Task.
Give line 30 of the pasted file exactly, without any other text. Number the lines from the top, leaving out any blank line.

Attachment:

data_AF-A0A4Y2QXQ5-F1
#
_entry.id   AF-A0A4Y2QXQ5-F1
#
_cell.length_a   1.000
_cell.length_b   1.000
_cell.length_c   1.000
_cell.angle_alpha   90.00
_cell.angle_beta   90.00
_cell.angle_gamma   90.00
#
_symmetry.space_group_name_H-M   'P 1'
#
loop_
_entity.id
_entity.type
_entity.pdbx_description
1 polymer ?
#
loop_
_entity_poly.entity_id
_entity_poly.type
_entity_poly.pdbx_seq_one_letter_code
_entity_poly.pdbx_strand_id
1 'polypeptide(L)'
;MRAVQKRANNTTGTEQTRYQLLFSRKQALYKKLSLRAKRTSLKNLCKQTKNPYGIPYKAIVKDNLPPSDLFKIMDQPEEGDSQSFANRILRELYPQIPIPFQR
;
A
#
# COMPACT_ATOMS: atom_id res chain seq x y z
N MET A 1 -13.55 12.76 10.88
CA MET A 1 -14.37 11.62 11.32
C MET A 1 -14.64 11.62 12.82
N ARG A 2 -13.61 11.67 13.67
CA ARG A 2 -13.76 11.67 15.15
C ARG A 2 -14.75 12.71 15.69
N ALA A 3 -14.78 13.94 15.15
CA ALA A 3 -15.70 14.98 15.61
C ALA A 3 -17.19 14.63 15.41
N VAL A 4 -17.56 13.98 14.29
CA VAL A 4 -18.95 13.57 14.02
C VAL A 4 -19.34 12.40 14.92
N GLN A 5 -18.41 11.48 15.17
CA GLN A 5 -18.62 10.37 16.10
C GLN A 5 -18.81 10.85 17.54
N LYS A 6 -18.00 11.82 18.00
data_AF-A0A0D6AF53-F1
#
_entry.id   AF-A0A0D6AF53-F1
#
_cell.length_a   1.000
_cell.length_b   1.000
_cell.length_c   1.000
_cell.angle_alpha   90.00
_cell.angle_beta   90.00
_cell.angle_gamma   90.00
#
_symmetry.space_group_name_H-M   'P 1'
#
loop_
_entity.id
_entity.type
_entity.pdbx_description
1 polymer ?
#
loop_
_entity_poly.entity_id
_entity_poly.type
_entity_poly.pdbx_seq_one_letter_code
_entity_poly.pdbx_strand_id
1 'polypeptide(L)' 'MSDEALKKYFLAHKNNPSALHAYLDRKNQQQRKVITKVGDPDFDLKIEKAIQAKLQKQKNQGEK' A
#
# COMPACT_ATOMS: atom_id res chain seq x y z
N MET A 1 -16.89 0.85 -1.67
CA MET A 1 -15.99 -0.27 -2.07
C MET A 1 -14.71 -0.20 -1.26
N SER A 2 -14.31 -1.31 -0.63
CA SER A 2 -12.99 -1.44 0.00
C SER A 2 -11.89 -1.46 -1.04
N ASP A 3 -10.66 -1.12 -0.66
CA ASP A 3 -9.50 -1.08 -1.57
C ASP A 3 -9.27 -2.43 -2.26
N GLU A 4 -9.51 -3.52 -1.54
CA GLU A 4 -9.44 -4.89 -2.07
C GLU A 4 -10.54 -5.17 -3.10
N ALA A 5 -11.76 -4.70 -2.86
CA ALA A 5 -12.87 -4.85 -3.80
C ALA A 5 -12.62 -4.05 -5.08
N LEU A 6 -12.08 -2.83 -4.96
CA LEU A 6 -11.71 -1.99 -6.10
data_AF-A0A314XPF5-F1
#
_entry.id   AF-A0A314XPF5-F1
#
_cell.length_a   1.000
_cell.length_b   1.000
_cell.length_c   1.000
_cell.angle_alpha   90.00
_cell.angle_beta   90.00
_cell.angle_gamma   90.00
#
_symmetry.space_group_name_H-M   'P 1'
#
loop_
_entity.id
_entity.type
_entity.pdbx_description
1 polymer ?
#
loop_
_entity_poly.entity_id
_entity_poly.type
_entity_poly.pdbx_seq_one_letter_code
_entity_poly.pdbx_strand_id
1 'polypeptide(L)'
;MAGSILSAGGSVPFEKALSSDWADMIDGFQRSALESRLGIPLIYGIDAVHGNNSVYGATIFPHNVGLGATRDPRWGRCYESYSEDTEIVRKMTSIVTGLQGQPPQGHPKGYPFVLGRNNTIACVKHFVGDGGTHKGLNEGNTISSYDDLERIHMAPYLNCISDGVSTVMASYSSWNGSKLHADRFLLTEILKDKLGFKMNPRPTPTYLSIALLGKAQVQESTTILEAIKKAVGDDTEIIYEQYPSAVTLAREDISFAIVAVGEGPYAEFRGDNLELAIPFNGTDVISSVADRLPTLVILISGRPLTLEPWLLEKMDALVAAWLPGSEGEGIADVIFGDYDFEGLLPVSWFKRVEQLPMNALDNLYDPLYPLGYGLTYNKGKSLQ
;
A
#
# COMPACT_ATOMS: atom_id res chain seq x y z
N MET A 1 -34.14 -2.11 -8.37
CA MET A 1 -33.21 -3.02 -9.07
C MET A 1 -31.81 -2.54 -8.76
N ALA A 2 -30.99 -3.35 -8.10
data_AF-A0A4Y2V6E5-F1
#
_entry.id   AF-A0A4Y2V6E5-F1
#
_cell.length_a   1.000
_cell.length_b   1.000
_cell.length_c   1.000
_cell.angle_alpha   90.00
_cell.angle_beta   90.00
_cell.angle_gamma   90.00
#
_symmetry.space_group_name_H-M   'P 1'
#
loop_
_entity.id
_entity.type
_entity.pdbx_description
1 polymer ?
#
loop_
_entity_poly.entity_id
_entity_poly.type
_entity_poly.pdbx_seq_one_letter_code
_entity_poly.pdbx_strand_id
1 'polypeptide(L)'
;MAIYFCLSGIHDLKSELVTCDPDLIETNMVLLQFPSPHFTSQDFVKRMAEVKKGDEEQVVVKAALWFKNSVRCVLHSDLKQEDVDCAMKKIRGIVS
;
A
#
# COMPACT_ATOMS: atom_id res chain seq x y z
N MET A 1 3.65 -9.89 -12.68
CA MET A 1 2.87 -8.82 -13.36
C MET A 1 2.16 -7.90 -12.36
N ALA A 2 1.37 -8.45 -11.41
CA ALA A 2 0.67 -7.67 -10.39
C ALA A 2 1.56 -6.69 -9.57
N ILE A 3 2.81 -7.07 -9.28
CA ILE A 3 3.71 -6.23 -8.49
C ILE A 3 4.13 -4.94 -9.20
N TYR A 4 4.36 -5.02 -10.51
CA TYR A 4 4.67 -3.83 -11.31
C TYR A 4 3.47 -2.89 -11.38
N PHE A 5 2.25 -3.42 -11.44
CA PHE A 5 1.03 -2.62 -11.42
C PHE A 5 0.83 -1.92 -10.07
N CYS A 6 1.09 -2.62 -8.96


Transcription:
# COMPACT_ATOMS: atom_id res chain seq x y z